Welcome everyone. We have a very large crowd. I'm glad everyone's here. We are starting a new study, but before we get into the hearing itself, we have a bit of committee business to take care of.
Prior to that, I want to recognize that we are on the unceded territory of the Algonquin people. Part of a process that more and more Canadians are taking part in is recognizing the lands of our original peoples, where we hold public hearings or ceremonies, which is an important part of the process of truth and reconciliation.
Pursuant to order of reference on Wednesday, February 7, 2018, we are going to be discussing Bill , an act to ensure that the laws of Canada are in harmony with the United Nations Declaration on the Rights of Indigenous Peoples.
Before we get into presentations, I would ask the committee to have a look at the budget. We need to approve $1,700 to complete our lands study. It is moved by Mike and seconded by Gary that we approve it.
(Motion agreed to)
The Chair: Thank you.
We have a full agenda, and we have many experts in the room. We want to hear from you. Many Canadians are interested in the topic, especially one of our members, Romeo Saganash, who is the presenter of the bill and is bringing it forward for Canada.
We are going to start with the Department of Justice. We have two representatives. The way it works is that you'll present for 10 minutes, then we will move to the Department of Indian Affairs and Northern Development, then to Canadian Heritage. Each group will have 10 minutes, after which we will go into rounds of questioning.
Thank you very much for your attention. We're going to start with the Department of Justice. We have Ana Stuhec and Stefan Matiation.
Before I begin, I would like to recognize the Algonquin Nation on whose traditional territory we are gathering.
We would like to thank the committee for inviting the Department of Justice to appear today with respect to this private member's bill, Bill . As you know, in May 2016, the federal government expressed its unqualified support for the United Nations Declaration on the Rights of Indigenous Peoples and committed to its full implementation, in partnership with indigenous peoples.
Since then, the government has taken many steps toward implementing the UN declaration, which have been highlighted on various occasions by the as being a necessary component of the transformation that the federal government wishes to undertake in renewing its relationship with indigenous peoples.
Establishing the Working Group of Ministers on the Review of Laws, Policies and Operational Practices Related to Indigenous Peoples was a key step in this process.
In announcing the creation of the working group in February 2017, the indicated that its objective is to seek to ensure that the crown is meeting its constitutional obligations with respect to aboriginal and treaty rights, adhering to international human rights standards, including the United Nations Declaration, and supporting the implementation of the Truth and Reconciliation Commission's calls to action.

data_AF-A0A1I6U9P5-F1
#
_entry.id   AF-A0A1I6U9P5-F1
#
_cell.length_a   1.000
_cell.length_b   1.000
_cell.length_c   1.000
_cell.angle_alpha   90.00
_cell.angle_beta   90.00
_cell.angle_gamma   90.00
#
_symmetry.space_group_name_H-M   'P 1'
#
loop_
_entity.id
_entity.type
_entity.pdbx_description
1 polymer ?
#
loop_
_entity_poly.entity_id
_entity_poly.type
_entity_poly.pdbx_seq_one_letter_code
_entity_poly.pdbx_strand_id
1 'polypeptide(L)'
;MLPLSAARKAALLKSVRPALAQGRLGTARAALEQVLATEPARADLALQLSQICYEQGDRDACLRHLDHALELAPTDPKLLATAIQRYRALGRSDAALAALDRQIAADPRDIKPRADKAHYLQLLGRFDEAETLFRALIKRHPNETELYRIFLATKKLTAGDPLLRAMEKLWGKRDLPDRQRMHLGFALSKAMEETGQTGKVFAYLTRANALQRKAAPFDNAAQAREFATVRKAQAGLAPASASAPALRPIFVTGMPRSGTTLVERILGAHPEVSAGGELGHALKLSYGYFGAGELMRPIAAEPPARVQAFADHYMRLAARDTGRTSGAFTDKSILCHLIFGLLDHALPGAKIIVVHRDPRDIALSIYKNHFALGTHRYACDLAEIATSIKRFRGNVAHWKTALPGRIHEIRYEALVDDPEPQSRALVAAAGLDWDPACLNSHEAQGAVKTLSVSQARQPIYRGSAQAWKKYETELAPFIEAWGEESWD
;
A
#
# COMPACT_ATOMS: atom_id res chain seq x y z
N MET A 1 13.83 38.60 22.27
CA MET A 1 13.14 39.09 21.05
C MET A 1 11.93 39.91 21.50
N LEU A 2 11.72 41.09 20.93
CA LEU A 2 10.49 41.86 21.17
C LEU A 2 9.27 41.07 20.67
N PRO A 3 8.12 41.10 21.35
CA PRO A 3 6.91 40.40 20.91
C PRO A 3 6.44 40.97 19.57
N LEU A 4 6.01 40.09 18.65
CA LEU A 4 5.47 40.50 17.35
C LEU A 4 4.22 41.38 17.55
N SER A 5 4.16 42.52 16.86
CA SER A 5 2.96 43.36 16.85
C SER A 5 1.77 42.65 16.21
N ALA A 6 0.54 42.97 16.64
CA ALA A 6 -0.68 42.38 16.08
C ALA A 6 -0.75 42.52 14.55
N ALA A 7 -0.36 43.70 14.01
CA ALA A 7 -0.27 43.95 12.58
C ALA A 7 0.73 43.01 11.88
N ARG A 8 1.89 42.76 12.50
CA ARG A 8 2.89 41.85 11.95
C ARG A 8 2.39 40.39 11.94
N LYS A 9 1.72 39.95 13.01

Further, in July 2017 the Government of Canada adopted and publicly released “Principles Respecting the Government of Canada's Relationship With Indigenous Peoples”. The principles are rooted in section 35 of the Constitution Act, 1982, and the UN declaration, and are informed by the report of the Royal Commission on Aboriginal Peoples and the Truth and Reconciliation Commission's calls to action. The principles, as well as the UN declaration, guide the review of the laws, policies, and operational practices and form a foundation for transforming how the federal government supports indigenous peoples and governments.
In carrying out its mandate, the working group has also heard from many indigenous leaders and organizations about their vision for how Canada should adopt and implement the UN declaration in full partnership with indigenous peoples. As explained by the when she announced the government's support for Bill in November 2017, this bill broadly aligns with the government's commitment to implement the UN declaration and its commitment to transform the crown-indigenous relationship. It represents one critical aspect of the shift that must be made to transform indigenous-crown relations based on the recognition and implementation of indigenous rights.
Bill calls for the alignment of federal laws with the UN declaration. The bill's proposed approach, similar to the approach taken to date by the federal government, reflects an acknowledgement of the need to implement the UN declaration in co-operation and collaboration with indigenous peoples through a range of diverse measures, including legislative policy and administrative measures. The nature, scope, and type of approach taken in specific areas will necessarily vary.
The bill also reflects article 38 of the United Nations Declaration, which states the following:
||States, in consultation and cooperation with indigenous peoples, shall take the appropriate measures, including legislative measures, to achieve the ends of this Declaration.
For this reason, and as many have observed, the bill alone will not accomplish the full implementation of the United Nations Declaration. A comprehensive approach including additional efforts and measures to implement the United Nations Declaration is needed.